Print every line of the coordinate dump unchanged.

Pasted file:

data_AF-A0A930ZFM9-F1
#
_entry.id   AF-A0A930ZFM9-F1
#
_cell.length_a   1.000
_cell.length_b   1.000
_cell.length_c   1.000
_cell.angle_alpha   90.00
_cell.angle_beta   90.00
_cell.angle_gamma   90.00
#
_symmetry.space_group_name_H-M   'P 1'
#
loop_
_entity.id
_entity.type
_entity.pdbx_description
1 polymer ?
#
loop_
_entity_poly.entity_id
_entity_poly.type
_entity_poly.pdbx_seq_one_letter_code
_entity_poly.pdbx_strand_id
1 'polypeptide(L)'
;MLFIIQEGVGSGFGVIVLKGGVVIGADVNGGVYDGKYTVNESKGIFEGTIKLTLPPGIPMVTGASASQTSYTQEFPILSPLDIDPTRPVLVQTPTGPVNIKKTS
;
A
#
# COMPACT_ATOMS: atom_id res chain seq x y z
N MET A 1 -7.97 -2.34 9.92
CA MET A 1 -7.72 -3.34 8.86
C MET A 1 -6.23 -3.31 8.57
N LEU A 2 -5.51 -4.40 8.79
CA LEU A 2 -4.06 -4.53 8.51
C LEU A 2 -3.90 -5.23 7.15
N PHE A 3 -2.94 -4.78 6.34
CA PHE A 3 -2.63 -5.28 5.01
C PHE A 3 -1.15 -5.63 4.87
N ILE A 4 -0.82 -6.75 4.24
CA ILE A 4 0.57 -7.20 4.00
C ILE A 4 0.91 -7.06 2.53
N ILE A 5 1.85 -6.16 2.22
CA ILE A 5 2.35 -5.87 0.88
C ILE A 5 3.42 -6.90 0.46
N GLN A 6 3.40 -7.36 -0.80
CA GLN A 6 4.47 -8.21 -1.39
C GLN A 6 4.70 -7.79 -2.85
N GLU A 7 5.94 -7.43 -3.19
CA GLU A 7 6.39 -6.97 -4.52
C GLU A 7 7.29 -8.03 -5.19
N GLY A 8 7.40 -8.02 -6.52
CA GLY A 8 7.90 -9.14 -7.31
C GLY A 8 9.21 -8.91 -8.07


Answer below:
data_AF-A0A930ZFM9-F1
#
_entry.id   AF-A0A930ZFM9-F1
#
_cell.length_a   1.000
_cell.length_b   1.000
_cell.length_c   1.000
_cell.angle_alpha   90.00
_cell.angle_beta   90.00
_cell.angle_gamma   90.00
#
_symmetry.space_group_name_H-M   'P 1'
#
loop_
_entity.id
_entity.type
_entity.pdbx_description
1 polymer ?
#
loop_
_entity_poly.entity_id
_entity_poly.type
_entity_poly.pdbx_seq_one_letter_code
_entity_poly.pdbx_strand_id
1 'polypeptide(L)'
;MLFIIQEGVGSGFGVIVLKGGVVIGADVNGGVYDGKYTVNESKGIFEGTIKLTLPPGIPMVTGASASQTSYTQEFPILSPLDIDPTRPVLVQTPTGPVNIKKTS
;
A
#
# COMPACT_ATOMS: atom_id res chain seq x y z
N MET A 1 -7.97 -2.34 9.92
CA MET A 1 -7.72 -3.34 8.86
C MET A 1 -6.23 -3.31 8.57
N LEU A 2 -5.51 -4.40 8.79
CA LEU A 2 -4.06 -4.53 8.51
C LEU A 2 -3.90 -5.23 7.15
N PHE A 3 -2.94 -4.78 6.34
CA PHE A 3 -2.63 -5.28 5.01
C PHE A 3 -1.15 -5.63 4.87
N ILE A 4 -0.82 -6.75 4.24
CA ILE A 4 0.57 -7.20 4.00
C ILE A 4 0.91 -7.06 2.53
N ILE A 5 1.85 -6.16 2.22
CA ILE A 5 2.35 -5.87 0.88
C ILE A 5 3.42 -6.90 0.46
N GLN A 6 3.40 -7.36 -0.80
CA GLN A 6 4.47 -8.21 -1.39
C GLN A 6 4.70 -7.79 -2.85
N GLU A 7 5.94 -7.43 -3.19
CA GLU A 7 6.39 -6.97 -4.52
C GLU A 7 7.29 -8.03 -5.19
N GLY A 8 7.40 -8.02 -6.52
CA GLY A 8 7.90 -9.14 -7.31
C GLY A 8 9.21 -8.91 -8.07